Last year we sold a consigned trip and we only made $200 over the consignment fee. The board doesn’t think it was worth it. Now, there are lots of questions I want to ask you. Was there another item of comparable value and design available? Would that bidder have bought something else had the trip not been in the auction? Did the consignment fee have a profit to the organization built into it (Charity Auction World trips give the organization an immediate profit)? Was the opening bid too high? Did the organization market and pre-sell the trip to the audience prior to auction night? How was the trip described? Was anything about the trip confusing? Was the auctioneer a professional? How was the trip written up in the catalog? How was the trip marketed to the audience? Was there a point of sale display? (Charity Auction World gives you everything you need to achieve maximum sales impact)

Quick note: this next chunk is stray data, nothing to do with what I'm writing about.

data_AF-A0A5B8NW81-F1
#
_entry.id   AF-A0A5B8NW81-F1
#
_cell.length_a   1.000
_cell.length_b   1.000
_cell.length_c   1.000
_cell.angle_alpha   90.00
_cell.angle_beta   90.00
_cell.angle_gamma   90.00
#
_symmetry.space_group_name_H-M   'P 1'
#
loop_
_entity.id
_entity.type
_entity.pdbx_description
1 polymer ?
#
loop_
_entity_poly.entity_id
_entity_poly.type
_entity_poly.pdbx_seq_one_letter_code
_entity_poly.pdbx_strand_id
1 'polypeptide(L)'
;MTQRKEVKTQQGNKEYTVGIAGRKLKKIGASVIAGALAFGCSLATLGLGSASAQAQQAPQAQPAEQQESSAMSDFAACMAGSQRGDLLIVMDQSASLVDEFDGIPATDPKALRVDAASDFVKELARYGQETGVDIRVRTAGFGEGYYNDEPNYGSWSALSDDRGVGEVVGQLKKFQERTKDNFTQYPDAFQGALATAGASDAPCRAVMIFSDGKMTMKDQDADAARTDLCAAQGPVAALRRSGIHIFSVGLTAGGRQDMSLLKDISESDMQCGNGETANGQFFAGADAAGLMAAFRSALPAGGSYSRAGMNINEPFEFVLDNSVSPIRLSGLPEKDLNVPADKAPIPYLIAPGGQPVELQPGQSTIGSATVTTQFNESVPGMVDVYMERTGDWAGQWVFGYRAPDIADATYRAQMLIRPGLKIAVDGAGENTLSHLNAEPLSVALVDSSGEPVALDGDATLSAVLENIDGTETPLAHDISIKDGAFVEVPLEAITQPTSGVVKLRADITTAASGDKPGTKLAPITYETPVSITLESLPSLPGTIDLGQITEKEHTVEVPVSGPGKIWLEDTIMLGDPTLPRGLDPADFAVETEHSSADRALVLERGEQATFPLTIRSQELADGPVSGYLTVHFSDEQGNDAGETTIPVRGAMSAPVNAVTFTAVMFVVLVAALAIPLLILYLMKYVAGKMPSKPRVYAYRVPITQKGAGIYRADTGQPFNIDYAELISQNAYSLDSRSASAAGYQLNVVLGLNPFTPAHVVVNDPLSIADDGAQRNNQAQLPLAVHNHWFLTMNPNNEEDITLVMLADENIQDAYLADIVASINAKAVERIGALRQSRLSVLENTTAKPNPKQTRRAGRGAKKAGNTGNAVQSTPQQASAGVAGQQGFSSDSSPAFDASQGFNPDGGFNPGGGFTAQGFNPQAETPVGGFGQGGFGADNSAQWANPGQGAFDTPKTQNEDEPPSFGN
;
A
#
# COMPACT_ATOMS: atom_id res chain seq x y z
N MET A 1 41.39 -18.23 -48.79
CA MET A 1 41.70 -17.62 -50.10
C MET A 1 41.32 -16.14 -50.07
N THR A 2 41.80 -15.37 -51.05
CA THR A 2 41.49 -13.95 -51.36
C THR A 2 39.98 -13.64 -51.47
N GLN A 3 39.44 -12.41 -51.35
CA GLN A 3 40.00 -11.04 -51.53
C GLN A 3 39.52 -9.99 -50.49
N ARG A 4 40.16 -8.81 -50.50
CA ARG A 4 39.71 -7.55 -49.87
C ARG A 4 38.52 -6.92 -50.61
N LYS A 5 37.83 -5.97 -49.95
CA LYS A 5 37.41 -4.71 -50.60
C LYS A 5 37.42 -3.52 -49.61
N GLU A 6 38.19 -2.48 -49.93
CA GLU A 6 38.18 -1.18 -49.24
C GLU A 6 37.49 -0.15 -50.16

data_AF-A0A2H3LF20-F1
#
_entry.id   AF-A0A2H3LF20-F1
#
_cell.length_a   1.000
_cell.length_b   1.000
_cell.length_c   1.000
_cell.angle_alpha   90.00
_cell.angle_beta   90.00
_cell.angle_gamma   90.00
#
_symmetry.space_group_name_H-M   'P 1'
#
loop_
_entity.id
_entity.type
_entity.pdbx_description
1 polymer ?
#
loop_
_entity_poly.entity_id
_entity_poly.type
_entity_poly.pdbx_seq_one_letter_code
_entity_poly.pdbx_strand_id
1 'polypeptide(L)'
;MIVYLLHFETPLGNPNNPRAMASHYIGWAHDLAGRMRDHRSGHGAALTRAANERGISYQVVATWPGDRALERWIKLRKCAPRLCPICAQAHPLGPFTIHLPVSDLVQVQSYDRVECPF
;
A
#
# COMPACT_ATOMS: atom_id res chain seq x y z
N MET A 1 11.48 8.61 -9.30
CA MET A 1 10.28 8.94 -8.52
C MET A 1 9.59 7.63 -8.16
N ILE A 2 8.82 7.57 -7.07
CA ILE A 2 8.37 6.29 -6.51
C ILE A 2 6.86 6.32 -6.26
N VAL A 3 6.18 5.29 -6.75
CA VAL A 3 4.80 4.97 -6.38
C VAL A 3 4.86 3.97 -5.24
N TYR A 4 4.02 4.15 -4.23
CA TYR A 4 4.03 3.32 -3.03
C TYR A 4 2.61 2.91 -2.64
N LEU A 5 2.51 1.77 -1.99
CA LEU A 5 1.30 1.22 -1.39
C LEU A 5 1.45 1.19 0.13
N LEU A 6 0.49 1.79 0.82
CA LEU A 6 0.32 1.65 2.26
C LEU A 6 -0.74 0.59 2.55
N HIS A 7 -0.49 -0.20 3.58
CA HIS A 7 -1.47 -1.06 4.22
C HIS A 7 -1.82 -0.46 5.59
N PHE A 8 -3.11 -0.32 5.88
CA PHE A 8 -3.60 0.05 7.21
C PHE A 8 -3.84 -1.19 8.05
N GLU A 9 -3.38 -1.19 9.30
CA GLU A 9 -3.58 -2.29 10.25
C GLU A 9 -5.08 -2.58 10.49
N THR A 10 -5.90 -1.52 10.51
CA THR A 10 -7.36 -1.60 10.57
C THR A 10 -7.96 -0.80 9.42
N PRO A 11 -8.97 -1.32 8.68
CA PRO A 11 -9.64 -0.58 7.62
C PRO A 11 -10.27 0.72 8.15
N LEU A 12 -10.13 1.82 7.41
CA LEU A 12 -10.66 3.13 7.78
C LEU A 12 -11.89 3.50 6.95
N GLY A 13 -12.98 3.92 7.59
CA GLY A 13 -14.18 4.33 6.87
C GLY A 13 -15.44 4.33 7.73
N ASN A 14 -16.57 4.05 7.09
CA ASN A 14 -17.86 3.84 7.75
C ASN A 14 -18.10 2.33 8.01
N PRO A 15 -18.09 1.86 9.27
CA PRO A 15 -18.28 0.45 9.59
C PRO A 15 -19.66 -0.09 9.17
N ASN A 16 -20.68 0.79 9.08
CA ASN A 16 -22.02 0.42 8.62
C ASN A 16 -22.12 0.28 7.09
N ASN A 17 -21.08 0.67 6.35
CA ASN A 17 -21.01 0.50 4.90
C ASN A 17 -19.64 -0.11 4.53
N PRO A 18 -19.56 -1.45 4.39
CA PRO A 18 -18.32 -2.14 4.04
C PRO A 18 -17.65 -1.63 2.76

I was at an auction where I saw the auctioneer sell 14 trips to Hawaii. Were those consigned trips and why did he sell so many? Yes. It is likely the auctioneer was getting a cut of the action on that trip. Probable scenario: Trip valued at $2500. Consignment fee $1100. Auctioneer commission $200. Opening bid $1500. Trip sells for $1600. The organization made $300 per trip and the auctioneer made $200 per trip. The organization grossed $4200 and the auctioneer gleaned $2800 and the organization wrote a check after the auction for $15,400. Was it worth it? The answer is “yes” if that was the only thing those guests were willing to buy at that price. The answer is a resounding “no” if the auctioneer sold out too soon before the competing bids had dwindled to the 2 highest competitive bids which may or may not have represented a larger profit for the organization but guaranteed a much lower commission for the auctioneer.